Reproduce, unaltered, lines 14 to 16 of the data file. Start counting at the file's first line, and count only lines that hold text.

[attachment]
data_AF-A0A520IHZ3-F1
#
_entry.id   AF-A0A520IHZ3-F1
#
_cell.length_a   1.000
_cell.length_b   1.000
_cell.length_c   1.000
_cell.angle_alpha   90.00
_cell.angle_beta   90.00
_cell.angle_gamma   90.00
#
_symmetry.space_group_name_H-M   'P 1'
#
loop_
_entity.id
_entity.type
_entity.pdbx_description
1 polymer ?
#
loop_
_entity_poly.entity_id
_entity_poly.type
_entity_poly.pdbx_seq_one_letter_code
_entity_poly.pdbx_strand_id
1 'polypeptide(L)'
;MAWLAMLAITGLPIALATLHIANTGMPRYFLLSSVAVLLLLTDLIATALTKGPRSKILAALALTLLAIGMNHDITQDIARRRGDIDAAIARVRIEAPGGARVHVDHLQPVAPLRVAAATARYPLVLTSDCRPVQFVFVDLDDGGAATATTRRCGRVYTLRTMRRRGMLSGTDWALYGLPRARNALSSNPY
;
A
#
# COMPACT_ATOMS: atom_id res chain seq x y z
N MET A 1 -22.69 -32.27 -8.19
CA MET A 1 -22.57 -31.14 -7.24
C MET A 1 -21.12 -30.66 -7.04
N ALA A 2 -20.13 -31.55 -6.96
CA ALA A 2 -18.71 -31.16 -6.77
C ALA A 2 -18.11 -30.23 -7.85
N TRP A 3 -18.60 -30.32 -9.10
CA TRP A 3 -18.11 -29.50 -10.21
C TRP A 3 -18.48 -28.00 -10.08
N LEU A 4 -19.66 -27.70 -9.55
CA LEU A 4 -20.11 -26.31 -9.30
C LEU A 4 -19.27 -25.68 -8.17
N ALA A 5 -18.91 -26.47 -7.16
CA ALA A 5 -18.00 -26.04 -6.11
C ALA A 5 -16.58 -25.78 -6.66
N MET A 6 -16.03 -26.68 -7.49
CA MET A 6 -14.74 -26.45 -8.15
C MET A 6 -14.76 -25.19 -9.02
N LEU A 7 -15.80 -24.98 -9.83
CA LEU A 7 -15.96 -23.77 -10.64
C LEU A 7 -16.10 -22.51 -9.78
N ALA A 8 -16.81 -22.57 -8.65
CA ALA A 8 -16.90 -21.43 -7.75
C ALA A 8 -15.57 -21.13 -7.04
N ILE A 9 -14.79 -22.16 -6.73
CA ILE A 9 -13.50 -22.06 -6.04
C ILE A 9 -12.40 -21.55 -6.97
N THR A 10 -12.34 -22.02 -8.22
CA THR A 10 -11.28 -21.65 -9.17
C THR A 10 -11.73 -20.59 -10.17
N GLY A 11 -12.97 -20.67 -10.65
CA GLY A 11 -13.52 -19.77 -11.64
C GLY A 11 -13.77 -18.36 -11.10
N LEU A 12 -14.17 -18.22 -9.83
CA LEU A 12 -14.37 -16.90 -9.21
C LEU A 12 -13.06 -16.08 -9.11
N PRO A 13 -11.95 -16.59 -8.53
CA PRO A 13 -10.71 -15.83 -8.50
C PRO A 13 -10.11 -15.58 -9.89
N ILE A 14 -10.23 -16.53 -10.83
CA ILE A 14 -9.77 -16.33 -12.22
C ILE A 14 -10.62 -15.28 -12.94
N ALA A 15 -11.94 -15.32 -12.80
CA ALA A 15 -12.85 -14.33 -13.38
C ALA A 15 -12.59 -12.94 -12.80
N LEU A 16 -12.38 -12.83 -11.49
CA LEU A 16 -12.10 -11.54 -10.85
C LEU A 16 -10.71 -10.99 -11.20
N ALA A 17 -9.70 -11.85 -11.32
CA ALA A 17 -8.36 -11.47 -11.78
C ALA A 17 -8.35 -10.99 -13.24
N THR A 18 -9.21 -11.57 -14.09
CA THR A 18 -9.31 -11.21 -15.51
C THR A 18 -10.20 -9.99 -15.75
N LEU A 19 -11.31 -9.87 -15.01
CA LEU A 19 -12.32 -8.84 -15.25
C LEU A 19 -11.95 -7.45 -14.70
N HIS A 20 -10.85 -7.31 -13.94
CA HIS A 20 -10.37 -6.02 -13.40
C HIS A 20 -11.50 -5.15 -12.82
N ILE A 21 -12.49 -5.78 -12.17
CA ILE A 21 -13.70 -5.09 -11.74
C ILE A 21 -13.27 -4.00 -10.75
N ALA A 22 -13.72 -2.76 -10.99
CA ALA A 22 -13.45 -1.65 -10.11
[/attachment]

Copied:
loop_
_entity.id
_entity.type